Chaparral 2F Detail
Posted Nov 29 2014 - 10:09 AM
Posted Nov 29 2014 - 10:12 AM
Edited by Bob Simpson, Nov 29 2014 - 10:13 AM.
Posted Nov 29 2014 - 10:57 AM
Posted Nov 29 2014 - 10:59 AM
Try the 2F on automatic see how you get on.!
I did some more Googling and came on http://ashcom.homest...m/elford2j.html a good read. but if you don't have time to read the lot, the excerpt that, I think bears on it is from paras 11-14. (I tried to copy and paste, but I can't copy white type)
Posted Nov 29 2014 - 11:28 AM
Tell me about the cars automatic transmission: "It was a semi-automatic transmission, it wasn't fully automatic. It had a three-speed transmission with a torque converter and a lock-up at 5,000 rpm. It was quite complicated to get it running. The steering column went down between your two feet so the left foot could only work the brake and the right foot could only work the gas pedal.
Was driving a car set up that way something of a shock to you? "By sheer luck, really, a year earlier I had a bad accident at the Nurburgring in the Grand Prix, which destroyed my shoulder. I was in physical therapy for weeks, suffering day after day. At that time, Grand Prix drivers all used to have a complimentary car from the FORD motor company in Great Britain. We could have what we liked and, as I had a wife and a couple of kids then, I had a big Zodiac, which was the top of the line sedan in England. The car was an automatic and I had never had an automatic car before so while I had it I thought I'll learn to brake with my left foot.
"I had never done it before so it took me about three months to really learn to do it efficiently. Now I do it automatically every time I get in a car with an automatic transmission. I always break with my left foot now. I wasn't doing it in anticipation of the ride in the Chaparral; I just decided I was going to learn how to do it. When it came time to drive the 2J of course, I was ready for it, as I had no trouble with it.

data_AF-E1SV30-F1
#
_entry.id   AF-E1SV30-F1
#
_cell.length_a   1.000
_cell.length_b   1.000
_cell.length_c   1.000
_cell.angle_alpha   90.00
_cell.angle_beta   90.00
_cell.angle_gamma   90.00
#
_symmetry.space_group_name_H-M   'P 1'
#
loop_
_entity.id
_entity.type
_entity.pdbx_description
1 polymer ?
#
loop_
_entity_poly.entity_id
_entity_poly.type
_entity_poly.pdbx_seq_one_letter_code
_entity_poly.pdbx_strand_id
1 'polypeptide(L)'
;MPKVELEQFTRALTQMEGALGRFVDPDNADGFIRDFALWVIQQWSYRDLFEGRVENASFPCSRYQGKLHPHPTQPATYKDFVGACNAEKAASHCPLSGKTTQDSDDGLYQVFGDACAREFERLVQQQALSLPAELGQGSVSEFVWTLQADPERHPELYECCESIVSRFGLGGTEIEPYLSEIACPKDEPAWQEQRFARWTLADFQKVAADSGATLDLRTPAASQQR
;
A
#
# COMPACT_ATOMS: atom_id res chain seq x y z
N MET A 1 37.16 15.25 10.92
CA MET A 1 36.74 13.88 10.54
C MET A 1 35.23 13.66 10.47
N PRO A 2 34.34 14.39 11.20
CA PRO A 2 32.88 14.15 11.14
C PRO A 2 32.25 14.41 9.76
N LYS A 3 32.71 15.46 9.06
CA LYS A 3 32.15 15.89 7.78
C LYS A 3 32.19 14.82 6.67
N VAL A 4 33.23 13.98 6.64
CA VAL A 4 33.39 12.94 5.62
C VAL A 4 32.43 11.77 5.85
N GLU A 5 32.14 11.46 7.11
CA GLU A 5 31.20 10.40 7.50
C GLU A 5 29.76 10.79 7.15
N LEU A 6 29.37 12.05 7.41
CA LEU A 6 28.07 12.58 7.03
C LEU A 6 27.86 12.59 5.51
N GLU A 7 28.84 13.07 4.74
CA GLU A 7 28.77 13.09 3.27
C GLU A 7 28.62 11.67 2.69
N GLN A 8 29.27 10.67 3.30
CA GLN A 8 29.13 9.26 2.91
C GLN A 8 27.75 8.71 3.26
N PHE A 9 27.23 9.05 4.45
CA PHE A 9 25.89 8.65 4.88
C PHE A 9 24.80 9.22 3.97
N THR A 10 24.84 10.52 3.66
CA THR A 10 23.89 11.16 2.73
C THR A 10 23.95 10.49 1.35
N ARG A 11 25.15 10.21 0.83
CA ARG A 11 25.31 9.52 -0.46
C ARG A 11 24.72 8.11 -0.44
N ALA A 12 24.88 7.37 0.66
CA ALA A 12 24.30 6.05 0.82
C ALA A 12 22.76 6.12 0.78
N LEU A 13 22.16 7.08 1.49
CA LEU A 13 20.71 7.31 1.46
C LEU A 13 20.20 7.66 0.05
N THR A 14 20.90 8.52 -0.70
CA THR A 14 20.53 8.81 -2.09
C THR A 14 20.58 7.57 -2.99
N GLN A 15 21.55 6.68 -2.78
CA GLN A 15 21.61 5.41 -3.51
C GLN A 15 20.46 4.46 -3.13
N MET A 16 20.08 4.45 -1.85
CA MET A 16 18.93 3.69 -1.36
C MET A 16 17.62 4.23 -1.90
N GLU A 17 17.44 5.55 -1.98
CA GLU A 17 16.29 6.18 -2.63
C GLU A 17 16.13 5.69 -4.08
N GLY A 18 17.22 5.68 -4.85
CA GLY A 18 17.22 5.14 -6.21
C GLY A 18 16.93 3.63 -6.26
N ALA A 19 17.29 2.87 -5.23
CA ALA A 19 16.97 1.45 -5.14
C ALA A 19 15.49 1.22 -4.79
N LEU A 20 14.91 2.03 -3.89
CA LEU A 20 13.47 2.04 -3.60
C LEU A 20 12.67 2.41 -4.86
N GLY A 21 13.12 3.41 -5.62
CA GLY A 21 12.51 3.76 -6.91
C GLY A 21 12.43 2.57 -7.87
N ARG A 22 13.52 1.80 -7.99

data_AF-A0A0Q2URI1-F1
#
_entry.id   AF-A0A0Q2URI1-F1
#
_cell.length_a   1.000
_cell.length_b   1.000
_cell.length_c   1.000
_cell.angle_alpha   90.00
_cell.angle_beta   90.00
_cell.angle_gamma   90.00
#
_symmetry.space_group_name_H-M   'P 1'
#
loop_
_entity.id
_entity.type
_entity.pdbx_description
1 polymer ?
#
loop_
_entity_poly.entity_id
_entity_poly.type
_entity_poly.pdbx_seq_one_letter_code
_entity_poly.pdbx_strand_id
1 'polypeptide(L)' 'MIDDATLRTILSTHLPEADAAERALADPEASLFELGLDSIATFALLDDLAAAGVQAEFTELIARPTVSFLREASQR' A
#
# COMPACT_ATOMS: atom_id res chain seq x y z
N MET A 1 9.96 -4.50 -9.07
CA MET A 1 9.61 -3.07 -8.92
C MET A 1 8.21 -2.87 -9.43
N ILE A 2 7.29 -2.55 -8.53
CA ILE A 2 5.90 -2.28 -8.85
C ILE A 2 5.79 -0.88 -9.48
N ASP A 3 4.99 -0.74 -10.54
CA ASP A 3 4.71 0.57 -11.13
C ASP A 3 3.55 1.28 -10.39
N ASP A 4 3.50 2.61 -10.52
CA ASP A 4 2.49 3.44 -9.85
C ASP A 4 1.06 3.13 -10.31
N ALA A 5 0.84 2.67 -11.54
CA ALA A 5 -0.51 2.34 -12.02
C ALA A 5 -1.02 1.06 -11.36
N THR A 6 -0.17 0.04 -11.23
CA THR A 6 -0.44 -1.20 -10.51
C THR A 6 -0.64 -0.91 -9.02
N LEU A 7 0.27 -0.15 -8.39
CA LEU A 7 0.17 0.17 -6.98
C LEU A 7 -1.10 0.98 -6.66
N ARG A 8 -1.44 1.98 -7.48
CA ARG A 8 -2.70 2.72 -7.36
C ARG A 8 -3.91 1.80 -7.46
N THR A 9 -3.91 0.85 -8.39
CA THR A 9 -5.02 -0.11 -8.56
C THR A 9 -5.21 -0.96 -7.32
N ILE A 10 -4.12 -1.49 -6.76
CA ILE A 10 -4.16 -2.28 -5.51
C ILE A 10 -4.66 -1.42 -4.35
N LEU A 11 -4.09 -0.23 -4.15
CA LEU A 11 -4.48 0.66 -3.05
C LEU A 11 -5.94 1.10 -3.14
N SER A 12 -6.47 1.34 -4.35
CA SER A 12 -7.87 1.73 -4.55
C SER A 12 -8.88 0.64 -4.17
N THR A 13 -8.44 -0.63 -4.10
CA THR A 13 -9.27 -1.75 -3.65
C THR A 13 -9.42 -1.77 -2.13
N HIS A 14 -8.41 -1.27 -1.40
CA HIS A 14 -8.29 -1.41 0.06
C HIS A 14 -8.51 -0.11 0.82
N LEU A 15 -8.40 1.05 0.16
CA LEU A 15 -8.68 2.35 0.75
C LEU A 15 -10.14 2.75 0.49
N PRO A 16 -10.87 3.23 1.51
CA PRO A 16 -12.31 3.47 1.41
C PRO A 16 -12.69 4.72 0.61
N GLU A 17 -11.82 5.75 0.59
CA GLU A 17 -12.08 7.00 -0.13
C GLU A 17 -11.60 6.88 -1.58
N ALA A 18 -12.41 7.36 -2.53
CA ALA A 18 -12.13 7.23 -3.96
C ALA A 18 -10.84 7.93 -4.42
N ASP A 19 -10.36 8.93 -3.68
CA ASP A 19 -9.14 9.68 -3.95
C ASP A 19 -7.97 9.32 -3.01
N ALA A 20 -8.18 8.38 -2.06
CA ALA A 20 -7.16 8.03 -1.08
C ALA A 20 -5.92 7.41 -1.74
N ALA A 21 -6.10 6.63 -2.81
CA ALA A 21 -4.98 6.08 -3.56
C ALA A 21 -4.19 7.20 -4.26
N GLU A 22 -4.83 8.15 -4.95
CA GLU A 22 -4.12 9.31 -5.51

Did the cars transmission put you at a disadvantage at the start? "At Road Atlanta, Denny Hulme was in the first McLaren and Peter Gethin was in the second one and they all blew me away at the start. I remember that, at 5,000 rpm's the transmission dogs would just lock up. From there on it was solid drive and that went all the way up to 7,600 rpm, which was about maximum in those days. One of the problems was we only had three speeds while the McLaren's and the Lola's all had four speeds. So it didn't matter where I was on the pole because two or three cars would just blow me away at the start.
Posted Nov 29 2014 - 11:49 AM
Posted Nov 29 2014 - 01:58 PM
Is that a 2-spd or 3?
Not sure if that was Phil Hill in first video, but whoever, they could not drift at all.
Somewhere earlier today read the three gear cars were set up with equivalent of 3rd, 4th, and 5th gears on a manual shift car. Thus, no hole shots.
The 2-spd shifted up by "automatic override" at redline, or as driver let off revs a bit.
According to this link here: http://www.sportscar...Chaparral2.html
The part some may also find interesting is about driver preference, besides not shifting, for two pedals and left foot braking.
Edited by John Woods, Nov 29 2014 - 03:21 PM.
Posted Nov 30 2014 - 03:41 AM
BTW, in the sixties there was the big Mercedes Benz V8 Rote Sau touring car which ran with a full automatic.
Posted Nov 30 2014 - 02:50 PM
Posted Dec 01 2014 - 10:24 AM
Posted Dec 03 2014 - 04:25 PM
So guess they did whatever, whenever? Maybe by the time it has three forward speeds they were?
Edited by John Woods, Dec 03 2014 - 04:28 PM.
Posted Dec 04 2014 - 06:30 AM
Posted Dec 04 2014 - 09:14 AM
So tried a brief test at Zandvoort.
Once getting sense of when it will shift that could be better adjusted to a specific track.
Edited by John Woods, Dec 05 2014 - 09:02 AM.
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